MONTGOMERY COUNTY, Md. - A Montgomery County Public Schools Spokesperson tells FOX 5 more than 700 Montgomery Blair High School students stayed home on Monday out of concern for a possible school threat, prompting police to issue a warning to parents and students on teenage social media use. County leaders say they have been dealing with an uptick in threats.
“Since the beginning of the school year, Montgomery County has experienced several threats directed at schools throughout the county,” the news release from Montgomery County Police read.
One of the most recent of these cases included a post to the app called, “TELLONYM,” where a student voiced frustrations over bullying.
“I’m tired of these people at Blair constantly harassing and hurting me,” the post read, “I am reaching my breaking point, and I will soon do something I know I will regret later on. Please stop passively bullying students, before I end your [expletive] lives.” A second post actually names the school.
FOX 5 was told the message was shared to a private Instagram group called, blairconfessions_. A parent who saw the message, reported it to the school administration on Sunday, according to MCPS Spokeswoman Gboyinde Onijala.
By Monday, Montgomery County Police determined the threat to be unfounded. MCPS says the student involved admitted to the post. However fears of the potential threat still prompted close to a quarter of Montgomery Blair’s student population to stay home. Montgomery Blair senior Sarthak Bhatnagar told FOX 5 he was one of those students.
“My parents had concerns with just personal safety, just given the nature of the threat. Even though there was a chance, or a high percent chance it was just a hoax, they just want to be safe,” said Bhatnagar.
At the school to pick up her daughter on Tuesday, Montgomery Blair parent AJ Campbell voiced her frustration with MCPS. “On the bullying harassment. They need to stop it. They need to take it seriously. They need to believe the victims and I’m not sure they do,” Campbell said.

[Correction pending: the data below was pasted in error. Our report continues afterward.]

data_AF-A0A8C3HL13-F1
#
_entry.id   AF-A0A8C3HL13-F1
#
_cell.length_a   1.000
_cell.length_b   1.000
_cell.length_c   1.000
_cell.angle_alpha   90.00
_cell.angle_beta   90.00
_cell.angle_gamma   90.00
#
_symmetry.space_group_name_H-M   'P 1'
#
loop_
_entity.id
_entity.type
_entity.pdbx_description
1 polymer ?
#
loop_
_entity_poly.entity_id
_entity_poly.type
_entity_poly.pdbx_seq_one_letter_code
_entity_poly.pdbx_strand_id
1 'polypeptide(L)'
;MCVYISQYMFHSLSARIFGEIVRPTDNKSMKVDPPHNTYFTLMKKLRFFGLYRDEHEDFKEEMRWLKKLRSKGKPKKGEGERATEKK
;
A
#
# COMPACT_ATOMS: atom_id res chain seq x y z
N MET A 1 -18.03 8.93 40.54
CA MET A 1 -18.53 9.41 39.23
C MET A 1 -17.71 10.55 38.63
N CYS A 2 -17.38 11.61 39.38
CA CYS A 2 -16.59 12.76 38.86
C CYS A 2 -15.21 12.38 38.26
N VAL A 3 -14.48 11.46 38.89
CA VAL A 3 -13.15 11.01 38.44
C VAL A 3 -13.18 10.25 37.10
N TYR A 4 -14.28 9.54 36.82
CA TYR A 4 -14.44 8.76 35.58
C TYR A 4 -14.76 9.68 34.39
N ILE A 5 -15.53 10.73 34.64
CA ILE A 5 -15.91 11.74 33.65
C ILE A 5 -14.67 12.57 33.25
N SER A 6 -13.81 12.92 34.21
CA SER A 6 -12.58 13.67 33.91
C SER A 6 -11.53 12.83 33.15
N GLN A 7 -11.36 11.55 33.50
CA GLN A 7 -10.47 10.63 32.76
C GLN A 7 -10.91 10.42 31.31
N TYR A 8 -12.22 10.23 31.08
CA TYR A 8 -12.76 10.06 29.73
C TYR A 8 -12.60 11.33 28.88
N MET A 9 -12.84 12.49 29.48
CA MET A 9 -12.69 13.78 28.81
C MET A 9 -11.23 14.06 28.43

Roman Holton sounded more supportive of the school system. “I think it’s a lot of angry kids or mad kids or you know social media has just brought us to this point that these kids like to be on everything of social media that’s on your mind without really thinking about it,” said Holton, “And you know if they are real, I think you have to leave it in the hands of the administration and the police department. I think they’re doing a good job.”
Montgomery County Police and MCPS tell FOX 5 they’ve received more than 20 threats to high schools and middle schools across the county since the start of school. School leaders say the threats predominately come from social media. MCPS leaders say they’ve even investigated threats over the popular music and dance app, Tik Tok.
Police and school leaders say an unfounded social media threat also sparked fears at Quince Orchard High School. https://www.fox5dc.com/news/quince-orchard-high-school-social-media-threat-deemed-not-credible
“Whether it’s an image with very few words or an actual statement saying that I’m going to shoot up the school, that’s something that we’re not going to take lightly,” said Onijala, who also said posts done as a prank will get the same treatment.
Montgomery County Police wrote in a news release, “Charges may vary, but threats to schools can include the following: Education Article 26-101-Disorderly Conduct/Disruption of School Activities, Criminal Law 3-1001-Threat of Mass Violence and Criminal Law 6-107(a)(2)-Threat of Arson/Destructive devices.”
“Just monitor your kids on social media accounts. Have a conversation with kids that if they are in paint, if they have emotional issues or there’s bulling going on in school, that the social media outlet is not the way to go,” said Capt. Thomas Jordan of the Montgomery County Police Department.